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How to create a portable Linux application

This is step-by-step tutorial that shows you how to create a portable application for Linux.

Required software tools:

1) AppDir Assistant – download

2) AppImage Assistant – download

* NOTE: I didn’t write these tools; I am just writing about how I used these tools in order to create the portable app.

Before we begin:

I tested this procedure on 32-bit operating systems; note that you need root permission to perform these tasks, otherwise the process may crash for whatever reason. AppImage is also a portable app, and you should be able to run it on all Linux distributions.
The idea is to scan the current state of your OS, then install the app that you wish to make portable, and finally rescan your operating system to capture a new state – all changes made during the installation. (Yup, you might guess: the best practice is to do this procedure on a clean machine, with minimal packages installed). In the next phase, all changes will be packed in a single executive file.

Tutorial :

1) Run AppDir Assistant; the following window will appear (see the picture below). Click on the button Forward.

Uploads for Linux portable Apps article

2) The next window shows a warning; proceed clicking on a Forward button.


3) The current state of your system will be scanned.


4) When this window appears, minimize it and start installing the software you want to make it portable. This tutorial covers installing an application from Linux Mint’s Software Manager (nothing stops you to try apt-get, yum, rpm or whatever method you like):


5) I installed MyPaint. Note the size of the app and click on Install button.


When the installation finishes, maximize previously minimized app (see the picture on step 4) and click on the Forward button.

6) Post-scanning begins, to capture all changes made:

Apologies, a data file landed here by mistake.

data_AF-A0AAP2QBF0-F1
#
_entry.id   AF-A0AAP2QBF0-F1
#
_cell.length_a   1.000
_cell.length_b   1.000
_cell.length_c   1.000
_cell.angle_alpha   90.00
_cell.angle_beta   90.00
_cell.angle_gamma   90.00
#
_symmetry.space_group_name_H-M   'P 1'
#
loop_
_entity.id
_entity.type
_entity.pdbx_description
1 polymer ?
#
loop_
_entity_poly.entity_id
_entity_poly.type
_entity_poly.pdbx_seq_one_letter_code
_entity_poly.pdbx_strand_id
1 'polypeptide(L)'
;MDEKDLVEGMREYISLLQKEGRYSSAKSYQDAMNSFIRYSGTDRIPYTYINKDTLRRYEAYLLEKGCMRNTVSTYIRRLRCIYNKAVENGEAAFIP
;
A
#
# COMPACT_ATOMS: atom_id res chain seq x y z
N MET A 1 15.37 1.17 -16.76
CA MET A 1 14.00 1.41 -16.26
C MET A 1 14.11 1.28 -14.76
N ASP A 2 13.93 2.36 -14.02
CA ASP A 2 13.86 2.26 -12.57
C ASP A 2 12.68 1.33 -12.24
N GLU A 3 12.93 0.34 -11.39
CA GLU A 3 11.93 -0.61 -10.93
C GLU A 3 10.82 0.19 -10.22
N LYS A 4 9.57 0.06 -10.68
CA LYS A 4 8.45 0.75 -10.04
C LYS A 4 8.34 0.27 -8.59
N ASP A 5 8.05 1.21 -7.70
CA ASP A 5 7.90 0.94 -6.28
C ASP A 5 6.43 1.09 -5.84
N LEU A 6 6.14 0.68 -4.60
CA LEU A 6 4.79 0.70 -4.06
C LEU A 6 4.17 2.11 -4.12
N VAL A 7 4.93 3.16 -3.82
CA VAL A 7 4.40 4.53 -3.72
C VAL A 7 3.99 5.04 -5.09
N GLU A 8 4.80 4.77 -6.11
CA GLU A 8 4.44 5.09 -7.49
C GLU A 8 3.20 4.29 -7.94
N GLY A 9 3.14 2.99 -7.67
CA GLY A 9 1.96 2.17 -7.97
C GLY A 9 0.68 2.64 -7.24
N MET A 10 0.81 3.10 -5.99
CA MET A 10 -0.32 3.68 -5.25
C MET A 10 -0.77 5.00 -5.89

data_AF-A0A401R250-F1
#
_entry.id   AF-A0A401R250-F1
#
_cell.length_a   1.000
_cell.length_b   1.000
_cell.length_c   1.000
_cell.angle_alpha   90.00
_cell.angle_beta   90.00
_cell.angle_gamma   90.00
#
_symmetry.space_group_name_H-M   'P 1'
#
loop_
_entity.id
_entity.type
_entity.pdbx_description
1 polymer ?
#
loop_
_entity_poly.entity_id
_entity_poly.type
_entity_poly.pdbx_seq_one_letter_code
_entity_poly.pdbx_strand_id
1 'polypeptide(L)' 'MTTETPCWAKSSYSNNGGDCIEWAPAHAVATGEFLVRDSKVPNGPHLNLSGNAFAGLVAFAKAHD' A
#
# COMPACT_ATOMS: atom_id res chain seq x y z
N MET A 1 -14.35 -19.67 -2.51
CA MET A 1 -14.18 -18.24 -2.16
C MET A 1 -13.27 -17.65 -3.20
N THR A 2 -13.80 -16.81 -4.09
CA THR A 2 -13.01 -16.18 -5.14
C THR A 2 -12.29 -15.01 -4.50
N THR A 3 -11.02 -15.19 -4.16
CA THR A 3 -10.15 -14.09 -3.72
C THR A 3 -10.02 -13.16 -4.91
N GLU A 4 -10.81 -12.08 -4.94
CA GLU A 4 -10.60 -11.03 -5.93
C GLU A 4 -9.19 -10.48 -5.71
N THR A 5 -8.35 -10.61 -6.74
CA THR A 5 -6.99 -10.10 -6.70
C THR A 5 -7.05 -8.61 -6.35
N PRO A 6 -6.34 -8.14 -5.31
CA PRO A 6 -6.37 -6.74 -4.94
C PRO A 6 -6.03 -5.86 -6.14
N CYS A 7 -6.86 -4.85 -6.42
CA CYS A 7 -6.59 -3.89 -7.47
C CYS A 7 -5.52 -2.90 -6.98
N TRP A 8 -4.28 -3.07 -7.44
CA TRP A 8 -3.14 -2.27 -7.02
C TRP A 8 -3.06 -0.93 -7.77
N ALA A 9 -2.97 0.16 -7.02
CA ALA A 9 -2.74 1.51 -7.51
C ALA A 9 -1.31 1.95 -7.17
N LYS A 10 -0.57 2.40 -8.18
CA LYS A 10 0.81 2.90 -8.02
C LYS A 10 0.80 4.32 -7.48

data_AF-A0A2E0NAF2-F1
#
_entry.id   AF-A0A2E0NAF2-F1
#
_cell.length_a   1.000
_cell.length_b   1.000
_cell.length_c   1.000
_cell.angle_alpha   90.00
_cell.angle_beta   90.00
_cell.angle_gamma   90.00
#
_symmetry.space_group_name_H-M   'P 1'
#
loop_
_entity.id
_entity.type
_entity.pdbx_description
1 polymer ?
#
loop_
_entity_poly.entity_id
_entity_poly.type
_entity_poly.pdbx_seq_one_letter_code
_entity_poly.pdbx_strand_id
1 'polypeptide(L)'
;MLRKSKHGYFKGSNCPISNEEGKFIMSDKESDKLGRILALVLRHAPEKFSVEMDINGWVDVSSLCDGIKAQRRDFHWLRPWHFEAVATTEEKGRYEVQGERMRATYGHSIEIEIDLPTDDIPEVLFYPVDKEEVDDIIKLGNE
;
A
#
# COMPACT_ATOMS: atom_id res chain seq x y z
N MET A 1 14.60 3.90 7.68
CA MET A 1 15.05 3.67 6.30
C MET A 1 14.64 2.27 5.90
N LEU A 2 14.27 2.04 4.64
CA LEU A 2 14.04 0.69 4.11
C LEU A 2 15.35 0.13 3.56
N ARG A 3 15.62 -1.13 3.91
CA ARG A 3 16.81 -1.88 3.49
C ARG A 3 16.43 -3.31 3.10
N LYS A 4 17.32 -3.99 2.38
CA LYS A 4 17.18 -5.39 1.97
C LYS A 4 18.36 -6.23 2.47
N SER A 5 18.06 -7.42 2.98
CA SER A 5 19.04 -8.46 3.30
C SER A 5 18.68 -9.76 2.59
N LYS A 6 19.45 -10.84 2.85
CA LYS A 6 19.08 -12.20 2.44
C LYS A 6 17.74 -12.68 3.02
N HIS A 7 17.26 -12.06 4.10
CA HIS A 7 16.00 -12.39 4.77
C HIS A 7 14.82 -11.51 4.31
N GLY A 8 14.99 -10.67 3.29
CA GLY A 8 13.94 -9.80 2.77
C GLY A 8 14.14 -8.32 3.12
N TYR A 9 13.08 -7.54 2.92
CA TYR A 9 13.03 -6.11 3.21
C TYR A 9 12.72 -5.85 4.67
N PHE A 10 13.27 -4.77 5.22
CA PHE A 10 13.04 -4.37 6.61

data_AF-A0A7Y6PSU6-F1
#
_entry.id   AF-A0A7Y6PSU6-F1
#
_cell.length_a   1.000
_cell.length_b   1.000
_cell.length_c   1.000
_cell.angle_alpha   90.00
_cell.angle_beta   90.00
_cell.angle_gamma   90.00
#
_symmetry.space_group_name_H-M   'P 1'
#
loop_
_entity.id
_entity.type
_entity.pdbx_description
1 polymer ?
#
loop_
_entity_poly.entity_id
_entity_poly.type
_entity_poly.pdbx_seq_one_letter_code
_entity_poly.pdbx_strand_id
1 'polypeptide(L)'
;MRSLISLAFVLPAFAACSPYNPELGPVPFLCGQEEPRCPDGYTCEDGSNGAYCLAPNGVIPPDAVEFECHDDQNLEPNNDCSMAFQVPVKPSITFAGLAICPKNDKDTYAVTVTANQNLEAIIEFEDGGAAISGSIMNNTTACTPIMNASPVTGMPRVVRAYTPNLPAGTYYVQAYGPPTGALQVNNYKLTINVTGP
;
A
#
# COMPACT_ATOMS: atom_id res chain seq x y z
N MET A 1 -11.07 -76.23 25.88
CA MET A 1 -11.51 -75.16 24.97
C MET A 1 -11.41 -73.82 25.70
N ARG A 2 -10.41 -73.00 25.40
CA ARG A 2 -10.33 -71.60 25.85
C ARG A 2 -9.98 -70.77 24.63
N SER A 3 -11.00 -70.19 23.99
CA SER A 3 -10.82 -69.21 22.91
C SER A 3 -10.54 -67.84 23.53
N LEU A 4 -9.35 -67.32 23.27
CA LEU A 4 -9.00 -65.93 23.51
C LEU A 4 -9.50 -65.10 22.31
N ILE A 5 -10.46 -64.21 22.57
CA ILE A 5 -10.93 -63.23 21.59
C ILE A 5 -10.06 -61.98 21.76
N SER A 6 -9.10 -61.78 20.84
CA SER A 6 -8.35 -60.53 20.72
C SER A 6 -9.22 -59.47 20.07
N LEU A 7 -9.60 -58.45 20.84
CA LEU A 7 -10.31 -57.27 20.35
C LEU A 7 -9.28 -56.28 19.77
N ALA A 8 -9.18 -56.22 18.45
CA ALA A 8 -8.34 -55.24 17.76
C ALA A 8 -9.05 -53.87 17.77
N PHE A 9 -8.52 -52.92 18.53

7) The next step is Profiling; the point is to run previously installed application so the wizard can record additional changes that an application makes while it’s running. I played with this software a bit, draw a few circles, etc. in order to simulate regular app’s usage. When you finish your playing, exit the application.


8) This window will show after a while; Click on the Close button.


9) OK, we could name these steps 1-8 as phase 1, and its result is folder on your Desktop that contains all gathered data about behavior of your application, and installed files.


10) The steps below belong to phase 2 – creation of single executive file; run the application AppImage Assistent and click on the Forward button.


11) The following window appears, in which you have to select this folder from your Desktop and click on the Forward button.


12) The process of packing will begin:


13) If all went OK, the following window will appear:


14) The result in one executable and portable file, that you can move/copy in your Home folder (if you are logged in as root).


15) You could test this file in any account to see if this, now portable app works; Double click on the portable app and enjoy 🙂



Pay attention on the step 9; if there is no subfolder AppRun, in a folder showed on the Picture, you can’t use it on the step 11 (Forward button will be disabled, so you must repeat the complete procedure).
This method of making portable apps is tested under Ubuntu, Fedora, and SuSE Linux.

How to create a portable Linux application
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How to create a portable Linux application
This is step-by-step tutorial that shows you how to create a portable application for Linux.